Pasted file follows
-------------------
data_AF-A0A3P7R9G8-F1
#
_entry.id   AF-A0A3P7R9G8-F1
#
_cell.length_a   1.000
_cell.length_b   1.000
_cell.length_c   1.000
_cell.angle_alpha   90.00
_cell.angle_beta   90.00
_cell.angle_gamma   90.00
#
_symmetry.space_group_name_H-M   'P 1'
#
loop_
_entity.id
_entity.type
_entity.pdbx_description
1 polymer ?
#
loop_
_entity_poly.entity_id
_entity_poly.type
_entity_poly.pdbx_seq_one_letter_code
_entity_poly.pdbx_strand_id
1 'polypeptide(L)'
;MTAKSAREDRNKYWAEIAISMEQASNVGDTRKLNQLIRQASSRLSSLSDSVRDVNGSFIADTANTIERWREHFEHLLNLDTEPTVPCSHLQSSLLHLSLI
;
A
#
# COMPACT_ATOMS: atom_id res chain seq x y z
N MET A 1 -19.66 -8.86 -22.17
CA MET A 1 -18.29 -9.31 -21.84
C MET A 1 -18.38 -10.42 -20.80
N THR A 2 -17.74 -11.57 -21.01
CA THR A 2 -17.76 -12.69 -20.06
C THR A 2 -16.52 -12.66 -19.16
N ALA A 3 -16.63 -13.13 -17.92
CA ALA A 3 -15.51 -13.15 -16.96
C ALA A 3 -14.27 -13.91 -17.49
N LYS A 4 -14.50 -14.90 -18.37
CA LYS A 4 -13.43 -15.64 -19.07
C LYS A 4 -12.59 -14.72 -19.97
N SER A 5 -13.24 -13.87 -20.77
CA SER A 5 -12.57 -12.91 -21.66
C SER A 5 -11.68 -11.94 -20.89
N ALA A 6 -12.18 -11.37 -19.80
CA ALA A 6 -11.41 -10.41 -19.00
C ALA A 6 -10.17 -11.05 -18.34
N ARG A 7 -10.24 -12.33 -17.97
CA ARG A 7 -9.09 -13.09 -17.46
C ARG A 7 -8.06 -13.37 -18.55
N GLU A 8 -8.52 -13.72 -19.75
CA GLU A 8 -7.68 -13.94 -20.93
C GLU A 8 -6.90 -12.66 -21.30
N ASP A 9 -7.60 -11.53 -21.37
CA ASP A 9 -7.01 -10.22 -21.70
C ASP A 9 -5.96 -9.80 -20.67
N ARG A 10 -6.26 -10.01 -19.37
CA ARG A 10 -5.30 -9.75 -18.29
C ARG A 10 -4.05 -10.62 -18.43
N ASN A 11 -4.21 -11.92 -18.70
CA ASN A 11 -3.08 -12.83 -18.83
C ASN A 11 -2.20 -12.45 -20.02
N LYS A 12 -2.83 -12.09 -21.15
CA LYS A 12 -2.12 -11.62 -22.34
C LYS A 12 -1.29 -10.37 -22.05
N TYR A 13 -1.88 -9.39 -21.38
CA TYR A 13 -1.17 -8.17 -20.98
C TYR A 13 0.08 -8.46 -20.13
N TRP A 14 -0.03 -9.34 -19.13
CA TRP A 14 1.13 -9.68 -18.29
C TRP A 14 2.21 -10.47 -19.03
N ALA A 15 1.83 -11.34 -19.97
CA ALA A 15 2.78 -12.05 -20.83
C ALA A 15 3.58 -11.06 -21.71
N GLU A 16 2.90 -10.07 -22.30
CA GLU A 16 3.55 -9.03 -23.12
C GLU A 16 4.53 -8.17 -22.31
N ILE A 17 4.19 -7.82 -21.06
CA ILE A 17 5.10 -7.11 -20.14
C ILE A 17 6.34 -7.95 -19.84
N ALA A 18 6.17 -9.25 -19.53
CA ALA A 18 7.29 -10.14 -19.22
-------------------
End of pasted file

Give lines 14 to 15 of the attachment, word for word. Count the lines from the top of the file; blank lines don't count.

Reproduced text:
loop_
_entity.id